06 May 2024
 | 06 May 2024
Status: this preprint is open for discussion.

Reviews and synthesis: increasing hypoxia in eastern boundary upwelling systems: a major stressor for zooplankton

Leissing Frederick, Mauricio A. Urbina, and Ruben Escribano

Abstract. Eastern boundary upwelling systems (EBUS) are ecologically and economically important marine regions of the world ocean. In these systems, zooplankton play a pivotal role in transferring primary production up through the food web. Recent studies show that global warming is causing a gradual deoxygenation of the world ocean, while in EBUS a vertical expansion of the subsurface oxygen minimum zone (OMZ) along with increased wind-driven upwelling are taking place, further exacerbating hypoxic conditions for zooplankton inhabiting the upwelling zone. Hypoxia can affect zooplankton by disrupting their respiration, migration, reproduction, and development. These effects however depend on some specific adaptations of organisms that have evolved in habitats, permanently or episodically, subjected to low oxygen waters. Various metabolic, physiological, behavioural, and morphological adaptations have been described in zooplankton interacting with the OMZ. Nevertheless, these adaptive responses of zooplankton to withstand mild or severe hypoxia, and the eventual oxidative stress derived from highly fluctuating oxygen conditions, may develop in association with trade-offs related to other metabolic/energy-demanding processes. New demands imply a reduction in energy otherwise available for growth, feeding and reproduction with further ecological consequences for the populations. This paper reviews and explores the existence or lack of such adaptive responses and their role for zooplankton dynamics in EBUS with major consequences for the pelagic food web and biological productivity.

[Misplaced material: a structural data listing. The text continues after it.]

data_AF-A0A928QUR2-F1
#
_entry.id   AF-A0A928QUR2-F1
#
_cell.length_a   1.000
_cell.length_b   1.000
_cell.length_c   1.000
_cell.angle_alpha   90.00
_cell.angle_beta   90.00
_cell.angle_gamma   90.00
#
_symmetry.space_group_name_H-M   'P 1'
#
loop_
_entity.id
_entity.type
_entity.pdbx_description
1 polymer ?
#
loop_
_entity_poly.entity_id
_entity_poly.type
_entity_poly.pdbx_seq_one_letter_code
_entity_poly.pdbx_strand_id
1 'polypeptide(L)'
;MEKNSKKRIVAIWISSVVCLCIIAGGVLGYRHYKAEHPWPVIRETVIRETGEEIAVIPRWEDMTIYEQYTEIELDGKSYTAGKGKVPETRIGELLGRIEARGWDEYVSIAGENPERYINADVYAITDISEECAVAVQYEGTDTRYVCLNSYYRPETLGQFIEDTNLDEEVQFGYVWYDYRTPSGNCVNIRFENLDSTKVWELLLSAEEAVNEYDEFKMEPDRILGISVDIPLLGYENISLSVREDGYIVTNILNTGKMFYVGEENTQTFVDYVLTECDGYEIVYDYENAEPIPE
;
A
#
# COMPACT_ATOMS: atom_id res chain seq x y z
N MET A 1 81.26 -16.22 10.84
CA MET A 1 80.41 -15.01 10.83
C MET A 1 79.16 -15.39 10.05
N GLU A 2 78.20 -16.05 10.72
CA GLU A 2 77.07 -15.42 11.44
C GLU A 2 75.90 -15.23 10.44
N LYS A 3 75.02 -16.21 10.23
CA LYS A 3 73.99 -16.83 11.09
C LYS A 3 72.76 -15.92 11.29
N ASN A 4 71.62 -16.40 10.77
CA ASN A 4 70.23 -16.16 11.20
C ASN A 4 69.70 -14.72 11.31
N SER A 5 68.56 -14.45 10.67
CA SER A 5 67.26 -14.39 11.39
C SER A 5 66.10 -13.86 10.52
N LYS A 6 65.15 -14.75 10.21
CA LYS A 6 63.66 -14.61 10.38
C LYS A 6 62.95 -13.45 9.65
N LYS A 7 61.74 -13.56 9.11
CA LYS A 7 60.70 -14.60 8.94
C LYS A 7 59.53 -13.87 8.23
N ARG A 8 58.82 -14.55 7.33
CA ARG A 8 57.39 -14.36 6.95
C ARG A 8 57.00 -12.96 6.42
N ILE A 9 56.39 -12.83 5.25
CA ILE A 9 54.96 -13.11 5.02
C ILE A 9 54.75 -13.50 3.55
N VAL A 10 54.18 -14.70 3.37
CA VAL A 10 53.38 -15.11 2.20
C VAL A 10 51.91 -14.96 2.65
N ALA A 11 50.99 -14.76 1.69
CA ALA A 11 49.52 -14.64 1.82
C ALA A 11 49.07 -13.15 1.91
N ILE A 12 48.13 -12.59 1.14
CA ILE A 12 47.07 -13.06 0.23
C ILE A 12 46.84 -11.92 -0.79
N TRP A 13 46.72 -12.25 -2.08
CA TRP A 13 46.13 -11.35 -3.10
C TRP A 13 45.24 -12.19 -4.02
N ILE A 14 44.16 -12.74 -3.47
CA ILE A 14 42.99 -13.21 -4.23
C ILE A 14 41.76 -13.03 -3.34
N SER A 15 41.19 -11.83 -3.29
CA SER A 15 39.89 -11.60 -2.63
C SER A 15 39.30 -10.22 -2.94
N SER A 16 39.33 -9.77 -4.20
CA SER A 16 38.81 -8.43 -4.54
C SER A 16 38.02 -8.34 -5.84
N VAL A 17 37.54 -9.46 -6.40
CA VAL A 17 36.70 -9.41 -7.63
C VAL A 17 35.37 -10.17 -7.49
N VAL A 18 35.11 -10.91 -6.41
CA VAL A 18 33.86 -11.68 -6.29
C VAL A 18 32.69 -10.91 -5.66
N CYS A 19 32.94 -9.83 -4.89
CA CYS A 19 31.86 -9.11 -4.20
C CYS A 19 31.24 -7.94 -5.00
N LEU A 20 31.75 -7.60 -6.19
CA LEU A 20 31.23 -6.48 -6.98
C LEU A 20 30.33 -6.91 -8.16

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Leissing Frederick, Mauricio A. Urbina, and Ruben Escribano

Status: open (until 24 Jun 2024)

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Leissing Frederick, Mauricio A. Urbina, and Ruben Escribano
Leissing Frederick, Mauricio A. Urbina, and Ruben Escribano


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Short summary
Evidence shows that due to global warming zooplankton inhabiting the coastal upwelling zone are exposed to increasing hypoxia affecting their physiology, metabolism, and population dynamics. The adaptive responses of zooplankton to cope with mild/severe hypoxia may depend on trade-offs with other metabolic/energy-demands, implying less energy for growth, feeding and reproduction with ecological consequences for the zooplankton populations and the marine food web.